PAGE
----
Taboga is a pretty little island with a history full of pirate-sacking and lacks only a decent anchorage. There is a small colorful town nestled on one side and more footpaths than roads. We wandered around town in the blazing heat until we wizened up and found a shady trail around the northern side of the island where there were a bunch of old WWII bunkers, collapsing with age and covered with vines and jungly overgrowth. Michelle was completely fascinated with the ruins and spent an alarming amount of brain power trying to figure out what the series of ditches, covered sunken areas, and culvert-looking things could have been used for. I stood around geeking over the preponderance of enormous morphos, among other gorgeous butterflies and wondering if it was possible to catch them (it’s pretty much not). The morphos on Taboga are particularly awesome—extremely large, opaque, and more violet blue than usual. Joshua found about a hundred leetle froggies and spent probably twenty minutes trying to get a good photo of the guys, who moved like lightning.


[This was the best one.]

We went to Casco Antiguo and wandered around the barrio looking at the nifty buildings and the Kuna women selling their molas and seed jewelry on the sidewalks. They always tell introduce you to the “mola” like you have never seen one in your life, and you walk another fifteen feet and there is another woman with molas. “Molas,” she pronounces carefully, sweeping her arm over her display. It’s an interesting area of town with slummy buildings that look like they would surely fall down if they were not held up by the buildings on either side, which might be totally renovated and decked with varnished wooden shutters, flower boxes, and ornate iron balconies. Or it might be an empty shell just waiting force of gentrification to catch up with it.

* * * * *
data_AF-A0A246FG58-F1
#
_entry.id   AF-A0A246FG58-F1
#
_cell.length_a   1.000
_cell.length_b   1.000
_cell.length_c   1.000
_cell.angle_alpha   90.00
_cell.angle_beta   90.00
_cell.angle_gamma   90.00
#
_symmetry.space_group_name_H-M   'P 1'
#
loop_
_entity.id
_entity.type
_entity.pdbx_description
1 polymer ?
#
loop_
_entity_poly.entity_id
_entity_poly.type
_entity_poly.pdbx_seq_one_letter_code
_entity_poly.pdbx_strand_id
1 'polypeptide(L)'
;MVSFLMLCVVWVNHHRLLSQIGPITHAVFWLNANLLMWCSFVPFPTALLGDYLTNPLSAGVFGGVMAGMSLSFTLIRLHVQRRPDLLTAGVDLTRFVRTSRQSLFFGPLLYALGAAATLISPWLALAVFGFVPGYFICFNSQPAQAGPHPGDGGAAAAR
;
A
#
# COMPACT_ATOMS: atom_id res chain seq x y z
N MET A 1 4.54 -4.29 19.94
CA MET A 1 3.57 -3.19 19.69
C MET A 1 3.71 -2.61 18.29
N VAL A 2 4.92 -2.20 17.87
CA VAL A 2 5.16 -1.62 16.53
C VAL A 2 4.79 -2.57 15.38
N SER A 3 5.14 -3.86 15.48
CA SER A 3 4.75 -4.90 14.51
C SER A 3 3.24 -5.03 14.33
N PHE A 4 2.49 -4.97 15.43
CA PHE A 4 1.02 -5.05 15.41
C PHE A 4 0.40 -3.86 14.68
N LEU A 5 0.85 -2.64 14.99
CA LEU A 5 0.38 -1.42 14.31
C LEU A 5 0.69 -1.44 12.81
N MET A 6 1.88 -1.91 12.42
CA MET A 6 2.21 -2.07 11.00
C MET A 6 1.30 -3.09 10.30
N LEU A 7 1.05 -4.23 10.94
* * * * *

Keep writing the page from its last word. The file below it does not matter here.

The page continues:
casco antiguo, Panama City

Michelle with Mola

Michelle did not resist the temptation of the mola. We had fun. I hope she did too.

Puente de Centenario

Thursday, February 22nd, 2007

Gaillard Cut. Puete de Centenario. Panam Canal

Gaillard Cut, Panama Canal, Panamá.

Cheyenne has a bunch of posts ready for you all, but we’ve been running around doing last minute things before we leave Panama City and go through the canal. We’ll be transiting on Sunday the 25th of February. Our crew will be Jan and Richard from Slipaway, Benjamin (a friend from the states), and Cousin Tito. I know you’ve got nothing better to do so you should catch us on the live webcam. Unfortunately, we can’t give you an exact time, but it will be between 6am and noon for the Miraflores and Pedro Miguel locks. Then if all goes well, we’ll exit into the Mar Caribe through the Gatun Locks around 4 in the afternoon. Panamá Time is the same as Eastern Time (-5).

Cheyenne Weil, Joshua Coxwell